What is Alopecia X (Adrenal sex hormone imbalance)?
The cause of this hair loss condition in dogs is unclear but several theories have been proposed. One theory is that the disorder is caused by abnormal adrenal function. Others have suggested that it may be due to growth hormone deficiency.
The condition is uncommon in dogs with the highest incidence in adult dogs 2-5 years old, especially Pomeranians, Samoyeds, Alaskan malamutes, and miniature Poodles.
The gradual loss of primary hairs progresses to complete hair loss of the neck, tail, and hind region. It eventually becomes generalized over the trunk but the head and front limbs are spared. Hair loss is typically bilaterally and symmetrical. Remaining hairs epilate (peel) off easily and the areas of hair loss may become hyperpigmented, thin, and hypotonic. Secondary infection may occur but no systemic signs of illness is noted.
How do you diagnose Alopecia X?
History and general examination is the first step. A veterinarian may suspect the condition based on history, presentation, examination, and breed. Skin biopsy can be considered. Blood testing (specifically ACTH stimulation) may also further assist in diagnosis - although the clinical value of this test is limited as breed-specific normal values have not been established.
What treatment options exist?
Observation without treatment is reasonable because the condition is purely cosmetic and affected dogs are otherwise healthy. Neutering intact dogs may induce permanent or temporary hair growth.
A variety of medical therapies have also been used with inconsistent results. These may include the use of Melatonin, Trilostane or Mitotane.
Regardless of the therapy used, hair regrowth may be incomplete or transient. If initial hair growth is not seen within 3 months, a dose adjustment is recommended or alternative treatment should be considered.
The prognosis for hair regrowth is unpredictable. However, as the condition is cosmetic, pets are expected to live their normal life.
Can a luxating patella be corrected?
Surgery should be performed if your dog has recurrent or persistent lameness or if other knee injuries occur secondary to the luxating patella. Grade I patellar luxations are not usually surgically repaired, but Grades II-IV are. Surgical repair generally involves three steps:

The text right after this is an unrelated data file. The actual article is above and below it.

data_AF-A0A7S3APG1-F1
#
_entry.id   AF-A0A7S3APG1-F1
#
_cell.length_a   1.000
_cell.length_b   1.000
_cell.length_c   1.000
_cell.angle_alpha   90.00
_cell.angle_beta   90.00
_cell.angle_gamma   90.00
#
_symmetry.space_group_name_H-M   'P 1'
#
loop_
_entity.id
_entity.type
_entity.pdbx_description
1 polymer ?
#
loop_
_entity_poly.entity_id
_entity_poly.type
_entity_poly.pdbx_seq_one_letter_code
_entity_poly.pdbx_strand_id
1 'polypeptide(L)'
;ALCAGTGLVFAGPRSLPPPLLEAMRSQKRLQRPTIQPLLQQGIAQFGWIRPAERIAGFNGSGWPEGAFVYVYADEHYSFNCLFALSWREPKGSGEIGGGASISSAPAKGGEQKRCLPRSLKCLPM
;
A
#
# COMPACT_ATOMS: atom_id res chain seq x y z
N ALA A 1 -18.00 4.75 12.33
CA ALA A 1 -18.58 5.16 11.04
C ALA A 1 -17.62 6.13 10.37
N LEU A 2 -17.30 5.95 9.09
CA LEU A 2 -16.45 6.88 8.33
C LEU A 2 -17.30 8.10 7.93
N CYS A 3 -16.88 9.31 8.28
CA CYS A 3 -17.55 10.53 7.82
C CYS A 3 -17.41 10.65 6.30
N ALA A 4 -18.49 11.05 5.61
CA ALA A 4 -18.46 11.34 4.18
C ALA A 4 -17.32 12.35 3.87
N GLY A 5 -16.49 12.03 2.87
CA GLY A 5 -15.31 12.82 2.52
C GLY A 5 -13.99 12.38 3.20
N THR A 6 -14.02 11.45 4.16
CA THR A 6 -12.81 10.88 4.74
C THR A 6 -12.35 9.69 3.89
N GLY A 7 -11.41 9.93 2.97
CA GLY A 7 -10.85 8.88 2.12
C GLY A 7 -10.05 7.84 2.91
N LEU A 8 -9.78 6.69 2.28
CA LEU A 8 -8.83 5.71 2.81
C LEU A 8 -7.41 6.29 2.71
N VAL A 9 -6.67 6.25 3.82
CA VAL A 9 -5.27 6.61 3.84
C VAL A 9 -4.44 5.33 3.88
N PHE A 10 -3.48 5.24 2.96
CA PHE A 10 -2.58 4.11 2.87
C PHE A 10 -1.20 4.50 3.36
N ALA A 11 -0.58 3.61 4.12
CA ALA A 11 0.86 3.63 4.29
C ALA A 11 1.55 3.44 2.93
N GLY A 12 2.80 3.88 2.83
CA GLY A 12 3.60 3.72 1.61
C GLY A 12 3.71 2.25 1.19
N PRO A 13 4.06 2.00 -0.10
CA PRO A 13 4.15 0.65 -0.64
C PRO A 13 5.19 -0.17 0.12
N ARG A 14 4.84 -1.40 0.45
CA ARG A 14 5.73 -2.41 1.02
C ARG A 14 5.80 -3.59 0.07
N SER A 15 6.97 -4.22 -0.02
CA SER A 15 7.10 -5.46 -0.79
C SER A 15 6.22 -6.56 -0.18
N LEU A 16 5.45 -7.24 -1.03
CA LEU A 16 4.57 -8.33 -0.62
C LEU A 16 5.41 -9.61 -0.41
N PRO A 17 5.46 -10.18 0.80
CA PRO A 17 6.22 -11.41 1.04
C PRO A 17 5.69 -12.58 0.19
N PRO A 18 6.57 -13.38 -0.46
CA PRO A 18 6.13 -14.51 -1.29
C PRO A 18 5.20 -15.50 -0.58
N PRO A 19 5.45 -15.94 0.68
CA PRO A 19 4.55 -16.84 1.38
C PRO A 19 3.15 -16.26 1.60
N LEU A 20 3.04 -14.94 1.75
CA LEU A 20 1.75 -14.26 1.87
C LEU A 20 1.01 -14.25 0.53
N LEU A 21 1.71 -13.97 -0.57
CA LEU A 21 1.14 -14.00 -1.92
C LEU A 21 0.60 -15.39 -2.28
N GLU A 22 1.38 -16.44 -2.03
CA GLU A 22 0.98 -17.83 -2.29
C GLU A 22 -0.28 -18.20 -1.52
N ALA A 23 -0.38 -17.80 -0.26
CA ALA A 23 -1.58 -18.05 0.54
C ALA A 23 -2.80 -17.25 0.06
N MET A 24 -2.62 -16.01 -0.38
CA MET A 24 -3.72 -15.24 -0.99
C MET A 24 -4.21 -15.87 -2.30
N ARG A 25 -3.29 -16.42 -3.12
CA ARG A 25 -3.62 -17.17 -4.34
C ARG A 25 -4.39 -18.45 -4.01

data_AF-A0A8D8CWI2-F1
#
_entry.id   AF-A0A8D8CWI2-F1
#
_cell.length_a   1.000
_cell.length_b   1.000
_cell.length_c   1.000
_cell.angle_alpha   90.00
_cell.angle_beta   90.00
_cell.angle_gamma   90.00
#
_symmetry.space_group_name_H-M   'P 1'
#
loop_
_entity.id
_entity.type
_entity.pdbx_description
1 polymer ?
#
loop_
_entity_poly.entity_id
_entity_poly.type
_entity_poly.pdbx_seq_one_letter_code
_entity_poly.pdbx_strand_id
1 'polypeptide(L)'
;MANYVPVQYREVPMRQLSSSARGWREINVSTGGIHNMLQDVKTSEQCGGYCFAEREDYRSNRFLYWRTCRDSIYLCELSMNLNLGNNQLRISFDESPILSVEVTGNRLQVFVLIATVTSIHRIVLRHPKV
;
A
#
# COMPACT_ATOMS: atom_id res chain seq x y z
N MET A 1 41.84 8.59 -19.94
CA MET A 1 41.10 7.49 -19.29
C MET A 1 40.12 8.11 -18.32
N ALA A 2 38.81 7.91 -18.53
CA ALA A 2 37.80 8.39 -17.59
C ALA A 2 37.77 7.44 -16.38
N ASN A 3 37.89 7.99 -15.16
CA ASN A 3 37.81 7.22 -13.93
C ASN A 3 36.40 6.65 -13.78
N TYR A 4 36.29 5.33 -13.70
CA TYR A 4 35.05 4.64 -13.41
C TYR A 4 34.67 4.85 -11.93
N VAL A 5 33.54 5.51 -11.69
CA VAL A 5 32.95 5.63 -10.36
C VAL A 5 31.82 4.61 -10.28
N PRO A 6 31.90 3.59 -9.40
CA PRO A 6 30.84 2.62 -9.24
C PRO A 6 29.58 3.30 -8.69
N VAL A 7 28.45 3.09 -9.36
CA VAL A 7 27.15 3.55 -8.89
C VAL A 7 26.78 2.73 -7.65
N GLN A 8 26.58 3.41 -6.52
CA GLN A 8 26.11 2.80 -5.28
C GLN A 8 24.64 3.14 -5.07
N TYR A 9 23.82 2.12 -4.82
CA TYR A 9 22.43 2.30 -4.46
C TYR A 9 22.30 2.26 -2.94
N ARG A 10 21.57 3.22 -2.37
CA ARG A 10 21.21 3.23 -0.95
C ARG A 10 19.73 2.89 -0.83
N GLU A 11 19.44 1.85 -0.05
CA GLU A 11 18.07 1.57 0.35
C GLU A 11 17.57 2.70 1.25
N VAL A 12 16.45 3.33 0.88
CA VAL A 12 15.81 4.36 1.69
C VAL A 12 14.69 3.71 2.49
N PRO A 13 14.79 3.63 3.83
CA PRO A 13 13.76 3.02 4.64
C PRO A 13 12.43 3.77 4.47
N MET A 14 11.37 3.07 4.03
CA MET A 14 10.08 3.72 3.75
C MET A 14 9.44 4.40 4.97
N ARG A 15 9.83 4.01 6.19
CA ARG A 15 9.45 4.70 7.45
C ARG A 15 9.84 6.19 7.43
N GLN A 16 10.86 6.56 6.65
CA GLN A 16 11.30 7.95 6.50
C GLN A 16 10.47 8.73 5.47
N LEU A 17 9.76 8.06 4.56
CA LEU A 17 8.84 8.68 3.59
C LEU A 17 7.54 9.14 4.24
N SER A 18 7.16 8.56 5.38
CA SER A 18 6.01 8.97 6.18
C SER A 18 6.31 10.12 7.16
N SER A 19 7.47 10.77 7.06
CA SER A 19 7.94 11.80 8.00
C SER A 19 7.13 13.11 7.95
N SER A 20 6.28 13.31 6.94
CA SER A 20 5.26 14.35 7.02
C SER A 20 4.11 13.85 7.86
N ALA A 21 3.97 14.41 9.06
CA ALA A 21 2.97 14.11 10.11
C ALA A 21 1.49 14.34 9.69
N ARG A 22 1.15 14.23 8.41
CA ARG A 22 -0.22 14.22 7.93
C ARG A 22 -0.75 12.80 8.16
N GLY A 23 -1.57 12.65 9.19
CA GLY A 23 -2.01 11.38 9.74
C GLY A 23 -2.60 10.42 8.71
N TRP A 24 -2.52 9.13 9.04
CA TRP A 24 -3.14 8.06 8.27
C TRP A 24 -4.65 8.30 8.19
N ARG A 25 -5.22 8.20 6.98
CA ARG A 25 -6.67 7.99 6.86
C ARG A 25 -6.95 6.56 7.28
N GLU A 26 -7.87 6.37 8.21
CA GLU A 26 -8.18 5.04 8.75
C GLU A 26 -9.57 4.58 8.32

- The point of attachment of the patellar ligament to the shin bone is transplanted (moved) to its proper location.
- The groove in the femur is deepened so the patella will stay in place.
- The capsule around the joint is tightened. When the patella luxates, the joint capsule stretches. Tightening it helps to prevent the patella from luxating again.
An implant may also placed on the inside of the knee, making the patella unable to slip over it. Post-operatively, the recovery period is usually very rapid, especially with appropriate pain management.
What is the prognosis?
If your veterinarian performs surgery before arthritis or other knee injury occurs, the prognosis is excellent. Your dog should regain full use of its leg. However, if arthritis has already developed in the knee joint, your dog may experience intermittent pain in the leg and the arthritis may progress. The higher the grade, of luxating patella, the higher the likelihood of reoccurrence postoperatively. Prescription anti-inflammatories, joint supplements, and/or special therapeutic joint diets may slow the progression of arthritis and help control any discomfort. Weight reduction is also recommended for pets that are overweight.
Consult with your veterinarian to determine the best post-operative plan for your pet.